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Government seeks $25 million for Barbados to join CAF

Barbados will soon have access to highly concessional financing once it pays in its membership fee to the Development Bank of Latin America (CAF).

Minister of Finance Chris Sinckler

Minister of Finance Chris Sinckler made this announcement in the House of Assembly today while moving the passage of a resolution to approve the borrowing of the sum of US$25 million from First Citizens Bank Ltd to fund the initial deposit required for the Government of Barbados to become a “C” member of the Development Bank of Latin America (CAF).

Sinckler told members of Parliament that Government had taken the step to join the CAF after major lending agencies, such as the Inter-American Development Bank and the World Bank, had graduated Barbados based on its standard of living.

The St Michael North West MP further explained that following the financial and economic crisis of 2008/2009, Barbados was among small developing economies which were finding it difficult to access concessional financing from the open market.

Sinckler said because the island had shown rapid development over the years, it was seen by lending agencies as a rich, middle income country.

“We know that that is not true. Barbados is not a rich country by any stretch of the imagination. But the perception, because of our relatively high Gross Domestic Product, per capita income and other things associated with such, people believe that Barbados should not get access to highly concessional financing,” he said.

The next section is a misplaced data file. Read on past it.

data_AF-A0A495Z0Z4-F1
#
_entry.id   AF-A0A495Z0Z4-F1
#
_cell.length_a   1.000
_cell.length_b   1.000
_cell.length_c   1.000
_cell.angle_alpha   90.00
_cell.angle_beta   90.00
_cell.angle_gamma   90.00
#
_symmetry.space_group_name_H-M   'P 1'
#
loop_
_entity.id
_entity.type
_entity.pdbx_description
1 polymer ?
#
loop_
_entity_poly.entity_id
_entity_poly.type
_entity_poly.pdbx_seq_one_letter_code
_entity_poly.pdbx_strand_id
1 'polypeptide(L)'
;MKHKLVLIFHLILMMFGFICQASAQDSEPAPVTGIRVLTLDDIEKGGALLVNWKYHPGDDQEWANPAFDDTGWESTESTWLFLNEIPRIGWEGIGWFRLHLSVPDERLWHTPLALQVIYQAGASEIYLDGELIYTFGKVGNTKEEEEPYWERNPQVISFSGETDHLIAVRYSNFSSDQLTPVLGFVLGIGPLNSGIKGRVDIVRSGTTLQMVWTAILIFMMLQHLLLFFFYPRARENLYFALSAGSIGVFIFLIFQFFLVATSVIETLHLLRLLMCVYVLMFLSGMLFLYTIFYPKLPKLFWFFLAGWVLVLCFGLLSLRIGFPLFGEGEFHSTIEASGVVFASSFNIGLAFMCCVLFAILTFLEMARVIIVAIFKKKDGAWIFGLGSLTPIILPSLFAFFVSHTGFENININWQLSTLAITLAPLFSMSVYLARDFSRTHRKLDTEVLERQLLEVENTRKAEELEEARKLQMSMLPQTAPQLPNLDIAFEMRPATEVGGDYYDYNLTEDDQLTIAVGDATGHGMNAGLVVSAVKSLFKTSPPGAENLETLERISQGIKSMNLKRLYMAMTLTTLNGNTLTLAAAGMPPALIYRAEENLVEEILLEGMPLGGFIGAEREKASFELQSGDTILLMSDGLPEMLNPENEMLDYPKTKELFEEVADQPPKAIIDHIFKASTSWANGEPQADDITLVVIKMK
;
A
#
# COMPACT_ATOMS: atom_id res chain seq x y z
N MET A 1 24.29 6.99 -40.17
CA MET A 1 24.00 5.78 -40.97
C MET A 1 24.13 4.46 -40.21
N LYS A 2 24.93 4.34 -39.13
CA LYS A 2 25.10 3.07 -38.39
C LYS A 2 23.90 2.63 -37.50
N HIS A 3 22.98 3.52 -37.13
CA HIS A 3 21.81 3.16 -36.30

The Minister of Finance noted that in the 1970s and 1980s the situation was much different and Barbados was able to access financing from the World Bank and the Inter-American Development Bank to invest in road building, build schools and other development projects.

However, coming into the 1990s, the island was graduated because of its success.

The Minister of Finance told parliament that CAF, which has capital resources of US$10 billion, was basically a regional bank which understood the island’s peculiar problems.

He pointed out that even though the institution did not have triple A ratings at this time, it was a rapidly growing institution with gave member nations an opportunity to put their cases at meetings.

The resolution was passed this evening.

One Response to Money order

  1. Tony Webster November 19, 2014 at 3:06 pm

    Puh-leeese! Mek up your mind, Honourable Sir: are you saying the world Bank stupid, or IADB stupid and mis-informed, or Bajans are indeed living high on the hog…and we are justified in paying “full market rates”? It logically gotta be one or anuthuh, sir. Just choose. CAF might be working off a different formula for establihing eligibility, but for sure, we have to bring into account, the fiscal value of our “entry fee” whichin…is tantamount to paying their concessionary rate, on any loans we might obtain…Another caveat, is to be careful not to go counting chickens just yet: any borrowing proposal will have to stand scrutiny, processing, approval, and draw-down and spending according to set conditions. Cup and lip. Again.
    P.S. Effin this doesn’t bear the expected fruit, what next? The Outer Mongolian Multinational Development Bank? Or Kamla’s ATM?


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